As I sit here studying for my Registered Dietitian exam, poring over years of notes and scribbles, I realize how confusing nutrition nomenclature can be.
Nomenclature is very simply why things are called what we call them. Like the difference between a fruit and a berry.
The most frustrating part of it all, is that it applies even to names we think we understand.
You think you know what a nut is? What if I hold up a peanut?
If you guessed that peanuts are not in fact nuts, you’d be correct, and in the minority. They are actually in the bean (legume) family.
Ok, here’s an easier one. Is a strawberry a berry?
Sadly they aren’t. In fact by some definitions they aren’t even fruits! Their actual classification is what’s known as a pseudofruit.
I can tell this is going to take some work.
By definition a berry is a simple fruit having seeds and pulp produced from a single ovary.
Generally, if it has a fleshy exterior with non-pitted seeds on the inside, it’s a berry.
Pitted seeds, like almonds, have little holes around them.
Some of the more surprising “berries” include avocado, banana, tomato, and watermelon.
The term “fruit” itself is confusing because a mushroom cap for instance can be considered a fruiting body, but itself is not a fruit.
At least by definition, all true berries are fruits but not all fruits are berries.
Nuts and Seeds are even more tangled.
A nut is a fruit composed of a hard shell and a seed, where the hard-shelled fruit does not open to release the seed.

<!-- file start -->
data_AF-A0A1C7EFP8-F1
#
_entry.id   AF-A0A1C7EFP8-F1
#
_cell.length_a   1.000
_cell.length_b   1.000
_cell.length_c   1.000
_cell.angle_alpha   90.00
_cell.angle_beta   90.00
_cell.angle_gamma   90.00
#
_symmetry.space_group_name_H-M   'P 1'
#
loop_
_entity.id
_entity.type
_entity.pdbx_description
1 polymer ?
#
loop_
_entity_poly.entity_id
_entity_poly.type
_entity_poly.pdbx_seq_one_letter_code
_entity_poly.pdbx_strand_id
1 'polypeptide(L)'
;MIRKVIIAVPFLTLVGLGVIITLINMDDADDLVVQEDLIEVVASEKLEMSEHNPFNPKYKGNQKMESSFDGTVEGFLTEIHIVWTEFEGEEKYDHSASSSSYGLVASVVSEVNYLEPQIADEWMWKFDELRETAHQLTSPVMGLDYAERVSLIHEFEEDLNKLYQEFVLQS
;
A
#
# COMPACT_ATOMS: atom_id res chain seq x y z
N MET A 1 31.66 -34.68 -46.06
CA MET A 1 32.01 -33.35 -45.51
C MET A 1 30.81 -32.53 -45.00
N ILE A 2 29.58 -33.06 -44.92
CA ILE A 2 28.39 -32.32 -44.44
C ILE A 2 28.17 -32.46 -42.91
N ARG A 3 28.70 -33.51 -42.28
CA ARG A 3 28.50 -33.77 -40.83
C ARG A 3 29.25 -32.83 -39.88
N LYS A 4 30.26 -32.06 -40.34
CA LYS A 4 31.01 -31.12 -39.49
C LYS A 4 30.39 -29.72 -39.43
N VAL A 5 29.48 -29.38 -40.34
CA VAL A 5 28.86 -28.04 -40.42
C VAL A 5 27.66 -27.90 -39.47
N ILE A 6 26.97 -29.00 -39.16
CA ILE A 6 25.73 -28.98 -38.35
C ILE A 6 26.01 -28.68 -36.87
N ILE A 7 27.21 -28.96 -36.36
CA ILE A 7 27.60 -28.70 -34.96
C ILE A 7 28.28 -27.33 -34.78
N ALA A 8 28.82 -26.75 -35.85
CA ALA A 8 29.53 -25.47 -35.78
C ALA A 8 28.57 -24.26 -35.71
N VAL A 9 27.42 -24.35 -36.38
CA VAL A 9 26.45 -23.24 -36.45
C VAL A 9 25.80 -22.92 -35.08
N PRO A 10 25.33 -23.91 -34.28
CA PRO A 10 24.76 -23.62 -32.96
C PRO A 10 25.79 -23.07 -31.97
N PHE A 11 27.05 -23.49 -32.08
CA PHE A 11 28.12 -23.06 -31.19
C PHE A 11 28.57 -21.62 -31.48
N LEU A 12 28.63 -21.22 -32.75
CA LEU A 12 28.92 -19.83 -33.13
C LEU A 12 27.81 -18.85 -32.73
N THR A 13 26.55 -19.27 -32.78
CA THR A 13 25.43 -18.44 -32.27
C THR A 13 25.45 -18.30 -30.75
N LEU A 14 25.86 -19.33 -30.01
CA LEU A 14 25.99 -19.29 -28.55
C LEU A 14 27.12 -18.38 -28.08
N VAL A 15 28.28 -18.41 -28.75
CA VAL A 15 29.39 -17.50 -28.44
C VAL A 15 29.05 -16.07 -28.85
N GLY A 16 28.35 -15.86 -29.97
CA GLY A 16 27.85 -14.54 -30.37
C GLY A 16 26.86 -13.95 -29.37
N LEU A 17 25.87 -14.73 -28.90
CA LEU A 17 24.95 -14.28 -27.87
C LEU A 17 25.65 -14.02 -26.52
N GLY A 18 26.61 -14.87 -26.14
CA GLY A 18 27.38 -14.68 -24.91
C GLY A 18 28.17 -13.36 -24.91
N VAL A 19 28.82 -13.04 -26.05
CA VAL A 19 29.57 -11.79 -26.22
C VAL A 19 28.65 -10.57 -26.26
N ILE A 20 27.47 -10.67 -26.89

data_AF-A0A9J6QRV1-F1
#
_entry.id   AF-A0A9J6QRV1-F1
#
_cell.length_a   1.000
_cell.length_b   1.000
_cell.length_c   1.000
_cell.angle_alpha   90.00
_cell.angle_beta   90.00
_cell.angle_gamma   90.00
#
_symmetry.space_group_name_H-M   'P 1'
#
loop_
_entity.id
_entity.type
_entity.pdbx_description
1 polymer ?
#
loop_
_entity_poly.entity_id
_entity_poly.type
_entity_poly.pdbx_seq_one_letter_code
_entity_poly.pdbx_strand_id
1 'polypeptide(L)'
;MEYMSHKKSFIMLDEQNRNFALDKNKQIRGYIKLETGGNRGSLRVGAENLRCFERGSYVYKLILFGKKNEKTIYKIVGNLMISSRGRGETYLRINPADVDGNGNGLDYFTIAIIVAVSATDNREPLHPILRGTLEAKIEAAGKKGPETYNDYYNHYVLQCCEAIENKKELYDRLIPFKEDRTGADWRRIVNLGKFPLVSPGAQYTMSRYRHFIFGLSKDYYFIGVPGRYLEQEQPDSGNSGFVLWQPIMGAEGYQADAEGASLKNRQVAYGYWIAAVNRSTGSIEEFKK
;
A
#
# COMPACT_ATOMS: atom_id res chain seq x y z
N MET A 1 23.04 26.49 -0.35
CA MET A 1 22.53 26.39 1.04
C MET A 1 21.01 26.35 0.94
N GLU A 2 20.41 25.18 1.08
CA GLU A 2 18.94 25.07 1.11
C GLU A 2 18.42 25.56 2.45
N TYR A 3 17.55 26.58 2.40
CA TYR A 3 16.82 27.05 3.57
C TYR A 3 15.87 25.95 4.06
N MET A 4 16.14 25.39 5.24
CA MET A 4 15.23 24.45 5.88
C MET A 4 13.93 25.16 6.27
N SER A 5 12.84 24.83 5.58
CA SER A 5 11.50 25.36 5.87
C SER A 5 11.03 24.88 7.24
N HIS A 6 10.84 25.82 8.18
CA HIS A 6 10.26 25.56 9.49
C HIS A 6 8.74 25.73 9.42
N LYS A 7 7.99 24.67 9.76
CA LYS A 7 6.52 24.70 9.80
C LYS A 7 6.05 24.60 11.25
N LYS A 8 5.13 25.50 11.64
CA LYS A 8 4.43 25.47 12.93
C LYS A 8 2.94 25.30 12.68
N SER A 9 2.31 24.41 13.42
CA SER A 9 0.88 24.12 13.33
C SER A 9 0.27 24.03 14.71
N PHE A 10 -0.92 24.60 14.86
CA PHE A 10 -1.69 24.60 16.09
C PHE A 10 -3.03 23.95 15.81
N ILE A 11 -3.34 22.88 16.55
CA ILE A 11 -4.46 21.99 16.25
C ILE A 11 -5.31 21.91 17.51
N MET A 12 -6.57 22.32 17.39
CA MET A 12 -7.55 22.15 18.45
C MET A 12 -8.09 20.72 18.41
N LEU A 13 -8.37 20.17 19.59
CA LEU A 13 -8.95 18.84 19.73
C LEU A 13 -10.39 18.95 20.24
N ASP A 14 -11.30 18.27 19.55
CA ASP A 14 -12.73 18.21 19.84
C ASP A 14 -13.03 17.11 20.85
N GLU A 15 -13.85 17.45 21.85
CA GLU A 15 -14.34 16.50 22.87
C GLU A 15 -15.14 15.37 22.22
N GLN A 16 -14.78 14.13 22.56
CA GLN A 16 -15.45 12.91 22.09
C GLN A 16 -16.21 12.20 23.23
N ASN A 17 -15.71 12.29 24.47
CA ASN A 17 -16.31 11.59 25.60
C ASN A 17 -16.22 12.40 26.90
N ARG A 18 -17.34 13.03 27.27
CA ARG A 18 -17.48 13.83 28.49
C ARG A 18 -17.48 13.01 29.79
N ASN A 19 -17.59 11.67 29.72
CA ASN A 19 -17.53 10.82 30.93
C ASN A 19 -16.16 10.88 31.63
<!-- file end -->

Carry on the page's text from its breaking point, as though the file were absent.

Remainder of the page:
So in the case of walnuts, the nut includes the shell and makes up the majority of the fruit itself. At no point in it’s life does the nut open without some external force crushing or decomposing the shell.
Some odd “non-nut” foods include, almonds, cashews, pistachios, macadamias, and as mentioned before, peanuts.
The reason almonds specifically aren’t nuts is because they come from drupe fruits, otherwise known as stone fruits, which makes them a seed.
Why they ever chose to make this distinction I’m still not sure.
In trying to classify them all, I ended up with a few tips.
1) If it grows in the earth, it’s not a nut.
2) If it normally comes in a sealed, shiny, unpitted shell it’s probably a nut.
3) If you can see the seeds on the outside, it’s not a true berry.
4) If they naturally drop out of the shell, or the shell opens (think pistachios) they are likely seeds.
5) Without the original fruit, shell, or plant, it’s almost impossible to distinguish nuts from seeds.
Altogether I left feeling unsatisfied. Maybe it’s because we’re so free with our culinary use of these terms, maybe it’s because most people don’t really need to distinguish between them. All I know, is that the people who came up with these designations are nuts…or was it seeds?
Be good to each other.
– Joshua Iufer